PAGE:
Album sales are down. But that really isn’t the point. Albums were the logical result of the available recording technology. At first, recorded music was limited by the “brevity dictated by the size of the shellac plate.” In other words, the length of a song was limited to the length of a side of a 78-rpm record, which for a while was about 3 minutes. The album only developed as a concept with the 33 1/3-rpm LP record, which could initially hold 22 minutes of music per side. Rather than lengthening a song, record companies began bundling 3 minute songs together in the form of an album. With digital music, it does not necessarily make sense for record labels to produce albums if they can release digital tracks. Continue reading
I’ve been writing about what I call the piracy panic narrative for a while. The piracy panic narrative goes that file-sharing is piracy, piracy is stealing, and this stealing hurts recording artists. In this simplistic view of the recording industry (constructed by the major record labels), we are bringing about the death of music by file-sharing, ripping CDs, and streaming music. The main problem with this argument being that piracy is not stealing and these activities are not “piracy,” in the first place. However, the recording industry repeatedly makes these claims beginning with Metallica in 2000.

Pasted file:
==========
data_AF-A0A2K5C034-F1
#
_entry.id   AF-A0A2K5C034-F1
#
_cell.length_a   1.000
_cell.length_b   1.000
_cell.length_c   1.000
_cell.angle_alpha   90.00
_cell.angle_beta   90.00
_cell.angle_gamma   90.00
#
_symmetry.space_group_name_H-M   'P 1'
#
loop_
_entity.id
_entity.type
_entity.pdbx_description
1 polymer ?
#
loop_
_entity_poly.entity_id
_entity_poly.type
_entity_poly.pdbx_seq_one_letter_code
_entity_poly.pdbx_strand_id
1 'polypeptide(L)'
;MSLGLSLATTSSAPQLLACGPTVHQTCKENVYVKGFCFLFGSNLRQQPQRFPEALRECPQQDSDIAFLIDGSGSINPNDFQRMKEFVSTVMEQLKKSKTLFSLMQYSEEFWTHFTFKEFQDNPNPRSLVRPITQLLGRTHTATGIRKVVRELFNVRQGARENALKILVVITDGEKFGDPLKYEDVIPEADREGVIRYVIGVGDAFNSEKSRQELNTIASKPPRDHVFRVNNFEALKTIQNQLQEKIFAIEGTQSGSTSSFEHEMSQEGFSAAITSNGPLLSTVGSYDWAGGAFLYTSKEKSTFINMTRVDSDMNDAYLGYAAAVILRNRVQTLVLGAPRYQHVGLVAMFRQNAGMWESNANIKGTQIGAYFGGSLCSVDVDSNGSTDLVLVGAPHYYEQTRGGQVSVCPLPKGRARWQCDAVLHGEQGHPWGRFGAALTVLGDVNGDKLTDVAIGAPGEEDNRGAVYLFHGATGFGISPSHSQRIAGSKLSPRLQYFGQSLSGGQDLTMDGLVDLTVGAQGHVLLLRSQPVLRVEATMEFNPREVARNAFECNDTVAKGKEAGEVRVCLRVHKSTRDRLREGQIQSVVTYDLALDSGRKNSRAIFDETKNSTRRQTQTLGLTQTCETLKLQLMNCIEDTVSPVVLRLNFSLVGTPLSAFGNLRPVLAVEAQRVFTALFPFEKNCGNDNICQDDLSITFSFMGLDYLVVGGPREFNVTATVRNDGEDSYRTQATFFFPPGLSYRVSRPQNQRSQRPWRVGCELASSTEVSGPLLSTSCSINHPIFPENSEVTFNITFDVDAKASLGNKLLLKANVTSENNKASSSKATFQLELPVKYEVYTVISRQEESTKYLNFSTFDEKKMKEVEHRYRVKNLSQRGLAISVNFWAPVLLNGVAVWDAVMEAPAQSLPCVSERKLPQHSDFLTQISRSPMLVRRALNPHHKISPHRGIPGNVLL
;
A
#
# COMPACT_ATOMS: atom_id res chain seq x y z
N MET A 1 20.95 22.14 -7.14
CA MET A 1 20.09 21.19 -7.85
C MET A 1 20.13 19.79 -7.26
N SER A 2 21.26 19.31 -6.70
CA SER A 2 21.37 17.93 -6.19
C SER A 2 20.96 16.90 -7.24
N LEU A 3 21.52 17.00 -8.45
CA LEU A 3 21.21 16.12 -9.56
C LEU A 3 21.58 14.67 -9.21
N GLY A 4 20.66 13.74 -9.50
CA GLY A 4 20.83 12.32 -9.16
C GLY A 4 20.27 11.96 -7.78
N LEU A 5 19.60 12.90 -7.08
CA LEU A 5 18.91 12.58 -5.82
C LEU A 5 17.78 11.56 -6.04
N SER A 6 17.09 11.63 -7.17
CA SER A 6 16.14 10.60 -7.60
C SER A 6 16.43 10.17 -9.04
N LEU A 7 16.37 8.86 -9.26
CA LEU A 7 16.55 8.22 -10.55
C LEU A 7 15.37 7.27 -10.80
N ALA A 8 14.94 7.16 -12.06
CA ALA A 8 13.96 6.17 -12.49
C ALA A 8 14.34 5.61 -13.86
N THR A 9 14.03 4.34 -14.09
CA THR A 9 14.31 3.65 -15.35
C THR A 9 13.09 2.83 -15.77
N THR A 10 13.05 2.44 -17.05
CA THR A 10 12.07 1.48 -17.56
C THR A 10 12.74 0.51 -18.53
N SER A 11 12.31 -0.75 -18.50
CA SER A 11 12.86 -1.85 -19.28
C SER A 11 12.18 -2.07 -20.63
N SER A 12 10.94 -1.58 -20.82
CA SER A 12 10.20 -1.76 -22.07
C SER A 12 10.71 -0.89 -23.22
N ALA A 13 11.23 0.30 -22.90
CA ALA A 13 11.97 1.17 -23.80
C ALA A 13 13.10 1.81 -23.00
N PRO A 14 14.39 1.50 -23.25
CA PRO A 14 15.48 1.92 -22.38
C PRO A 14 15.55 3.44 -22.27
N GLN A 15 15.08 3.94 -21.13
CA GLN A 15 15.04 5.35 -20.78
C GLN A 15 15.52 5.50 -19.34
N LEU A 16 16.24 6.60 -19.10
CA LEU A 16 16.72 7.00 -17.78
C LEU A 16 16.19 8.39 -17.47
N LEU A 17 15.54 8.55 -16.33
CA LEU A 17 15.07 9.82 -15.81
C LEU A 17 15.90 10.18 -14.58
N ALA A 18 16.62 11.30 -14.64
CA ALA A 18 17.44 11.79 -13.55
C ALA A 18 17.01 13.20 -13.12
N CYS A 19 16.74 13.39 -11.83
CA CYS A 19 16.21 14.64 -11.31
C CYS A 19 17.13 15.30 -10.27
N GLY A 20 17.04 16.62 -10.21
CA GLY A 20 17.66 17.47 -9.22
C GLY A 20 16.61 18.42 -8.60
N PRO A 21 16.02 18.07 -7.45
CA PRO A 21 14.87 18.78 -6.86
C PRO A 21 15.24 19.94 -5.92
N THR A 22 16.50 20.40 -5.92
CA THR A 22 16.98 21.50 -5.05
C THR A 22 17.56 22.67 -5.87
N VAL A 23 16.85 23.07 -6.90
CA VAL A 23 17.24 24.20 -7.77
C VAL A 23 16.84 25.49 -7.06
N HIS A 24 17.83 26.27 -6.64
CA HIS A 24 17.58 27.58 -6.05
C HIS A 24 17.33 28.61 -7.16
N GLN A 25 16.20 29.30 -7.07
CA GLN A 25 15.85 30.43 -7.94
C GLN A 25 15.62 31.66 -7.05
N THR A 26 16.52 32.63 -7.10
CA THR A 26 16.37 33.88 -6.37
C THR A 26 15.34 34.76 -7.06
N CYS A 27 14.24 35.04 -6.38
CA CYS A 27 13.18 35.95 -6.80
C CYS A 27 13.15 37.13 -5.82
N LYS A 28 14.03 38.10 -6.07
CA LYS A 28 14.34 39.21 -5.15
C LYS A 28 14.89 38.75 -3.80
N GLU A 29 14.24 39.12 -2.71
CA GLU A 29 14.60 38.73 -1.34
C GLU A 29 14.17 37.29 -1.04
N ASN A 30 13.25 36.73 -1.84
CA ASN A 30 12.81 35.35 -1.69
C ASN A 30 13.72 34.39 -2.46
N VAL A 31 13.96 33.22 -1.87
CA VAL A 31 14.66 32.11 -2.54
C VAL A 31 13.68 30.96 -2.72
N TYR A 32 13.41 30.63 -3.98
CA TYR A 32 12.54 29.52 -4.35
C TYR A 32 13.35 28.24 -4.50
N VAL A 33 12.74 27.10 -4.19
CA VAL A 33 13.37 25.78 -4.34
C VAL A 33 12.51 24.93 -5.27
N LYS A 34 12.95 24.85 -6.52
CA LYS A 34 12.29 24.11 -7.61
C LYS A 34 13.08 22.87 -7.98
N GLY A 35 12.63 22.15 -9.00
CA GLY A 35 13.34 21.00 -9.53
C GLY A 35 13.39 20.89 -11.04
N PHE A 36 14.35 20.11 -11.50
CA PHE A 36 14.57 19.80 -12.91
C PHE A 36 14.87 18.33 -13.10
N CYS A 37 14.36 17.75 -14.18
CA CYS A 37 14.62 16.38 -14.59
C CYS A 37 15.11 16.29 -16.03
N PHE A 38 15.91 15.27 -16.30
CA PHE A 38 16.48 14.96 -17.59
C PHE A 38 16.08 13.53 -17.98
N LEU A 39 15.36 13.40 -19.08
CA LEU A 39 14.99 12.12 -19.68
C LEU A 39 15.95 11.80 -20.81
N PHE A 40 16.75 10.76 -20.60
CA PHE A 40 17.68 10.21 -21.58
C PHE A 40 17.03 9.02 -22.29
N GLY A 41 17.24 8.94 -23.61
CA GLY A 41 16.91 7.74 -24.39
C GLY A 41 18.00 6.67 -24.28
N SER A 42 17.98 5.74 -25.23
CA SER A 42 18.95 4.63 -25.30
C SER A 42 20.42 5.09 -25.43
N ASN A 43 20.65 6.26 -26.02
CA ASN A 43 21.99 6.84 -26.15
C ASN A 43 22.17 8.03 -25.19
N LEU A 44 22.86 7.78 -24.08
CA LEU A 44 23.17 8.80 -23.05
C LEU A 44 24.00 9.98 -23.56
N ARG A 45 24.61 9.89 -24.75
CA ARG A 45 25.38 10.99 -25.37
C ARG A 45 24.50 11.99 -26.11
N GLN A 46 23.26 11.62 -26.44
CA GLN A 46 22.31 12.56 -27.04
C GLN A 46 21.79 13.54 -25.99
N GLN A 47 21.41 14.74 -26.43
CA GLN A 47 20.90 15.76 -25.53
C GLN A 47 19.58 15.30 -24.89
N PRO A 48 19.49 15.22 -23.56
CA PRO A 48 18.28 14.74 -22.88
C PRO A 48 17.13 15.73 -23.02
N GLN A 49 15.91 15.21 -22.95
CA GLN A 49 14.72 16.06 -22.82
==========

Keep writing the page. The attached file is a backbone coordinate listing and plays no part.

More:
Now Taylor Swift has gotten into the discussion. She states “Music is art, and art is important and rare. Important, rare things are valuable. Valuable things should be paid for.” Continue reading